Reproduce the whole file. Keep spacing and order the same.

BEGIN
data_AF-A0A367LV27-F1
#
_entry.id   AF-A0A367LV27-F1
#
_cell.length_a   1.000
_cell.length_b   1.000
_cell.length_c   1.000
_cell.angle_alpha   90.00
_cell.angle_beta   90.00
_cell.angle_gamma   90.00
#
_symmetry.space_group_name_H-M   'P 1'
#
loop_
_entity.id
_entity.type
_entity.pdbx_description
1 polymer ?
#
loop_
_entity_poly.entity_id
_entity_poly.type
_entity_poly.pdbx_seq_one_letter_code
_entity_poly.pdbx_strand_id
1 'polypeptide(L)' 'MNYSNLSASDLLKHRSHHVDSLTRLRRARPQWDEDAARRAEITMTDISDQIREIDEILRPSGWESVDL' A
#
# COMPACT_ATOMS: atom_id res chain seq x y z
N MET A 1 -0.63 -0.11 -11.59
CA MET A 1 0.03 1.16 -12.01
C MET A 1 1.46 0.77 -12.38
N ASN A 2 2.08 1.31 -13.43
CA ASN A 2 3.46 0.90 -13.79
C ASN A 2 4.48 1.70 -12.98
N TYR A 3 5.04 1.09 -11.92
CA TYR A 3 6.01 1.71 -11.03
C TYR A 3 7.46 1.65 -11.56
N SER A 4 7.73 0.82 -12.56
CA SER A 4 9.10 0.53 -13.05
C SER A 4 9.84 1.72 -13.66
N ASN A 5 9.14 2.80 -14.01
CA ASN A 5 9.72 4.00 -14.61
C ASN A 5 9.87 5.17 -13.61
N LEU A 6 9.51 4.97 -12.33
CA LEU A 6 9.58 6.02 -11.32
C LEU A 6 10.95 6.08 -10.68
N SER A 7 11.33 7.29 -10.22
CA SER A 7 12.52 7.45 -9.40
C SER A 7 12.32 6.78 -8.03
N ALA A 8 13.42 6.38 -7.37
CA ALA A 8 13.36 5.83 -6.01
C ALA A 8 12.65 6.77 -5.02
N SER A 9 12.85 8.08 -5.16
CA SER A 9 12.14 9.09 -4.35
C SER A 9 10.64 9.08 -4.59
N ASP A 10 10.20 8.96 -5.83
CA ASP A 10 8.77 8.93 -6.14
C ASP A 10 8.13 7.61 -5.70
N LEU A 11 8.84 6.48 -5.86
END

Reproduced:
data_AF-A0A367LV27-F1
#
_entry.id   AF-A0A367LV27-F1
#
_cell.length_a   1.000
_cell.length_b   1.000
_cell.length_c   1.000
_cell.angle_alpha   90.00
_cell.angle_beta   90.00
_cell.angle_gamma   90.00
#
_symmetry.space_group_name_H-M   'P 1'
#
loop_
_entity.id
_entity.type
_entity.pdbx_description
1 polymer ?
#
loop_
_entity_poly.entity_id
_entity_poly.type
_entity_poly.pdbx_seq_one_letter_code
_entity_poly.pdbx_strand_id
1 'polypeptide(L)' 'MNYSNLSASDLLKHRSHHVDSLTRLRRARPQWDEDAARRAEITMTDISDQIREIDEILRPSGWESVDL' A
#
# COMPACT_ATOMS: atom_id res chain seq x y z
N MET A 1 -0.63 -0.11 -11.59
CA MET A 1 0.03 1.16 -12.01
C MET A 1 1.46 0.77 -12.38
N ASN A 2 2.08 1.31 -13.43
CA ASN A 2 3.46 0.90 -13.79
C ASN A 2 4.48 1.70 -12.98
N TYR A 3 5.04 1.09 -11.92
CA TYR A 3 6.01 1.71 -11.03
C TYR A 3 7.46 1.65 -11.56
N SER A 4 7.73 0.82 -12.56
CA SER A 4 9.10 0.53 -13.05
C SER A 4 9.84 1.72 -13.66
N ASN A 5 9.14 2.80 -14.01
CA ASN A 5 9.72 4.00 -14.61
C ASN A 5 9.87 5.17 -13.61
N LEU A 6 9.51 4.97 -12.33
CA LEU A 6 9.58 6.02 -11.32
C LEU A 6 10.95 6.08 -10.68
N SER A 7 11.33 7.29 -10.22
CA SER A 7 12.52 7.45 -9.40
C SER A 7 12.32 6.78 -8.03
N ALA A 8 13.42 6.38 -7.37
CA ALA A 8 13.36 5.83 -6.01
C ALA A 8 12.65 6.77 -5.02
N SER A 9 12.85 8.08 -5.16
CA SER A 9 12.14 9.09 -4.35
C SER A 9 10.64 9.08 -4.59
N ASP A 10 10.20 8.96 -5.83
CA ASP A 10 8.77 8.93 -6.14
C ASP A 10 8.13 7.61 -5.70
N LEU A 11 8.84 6.48 -5.86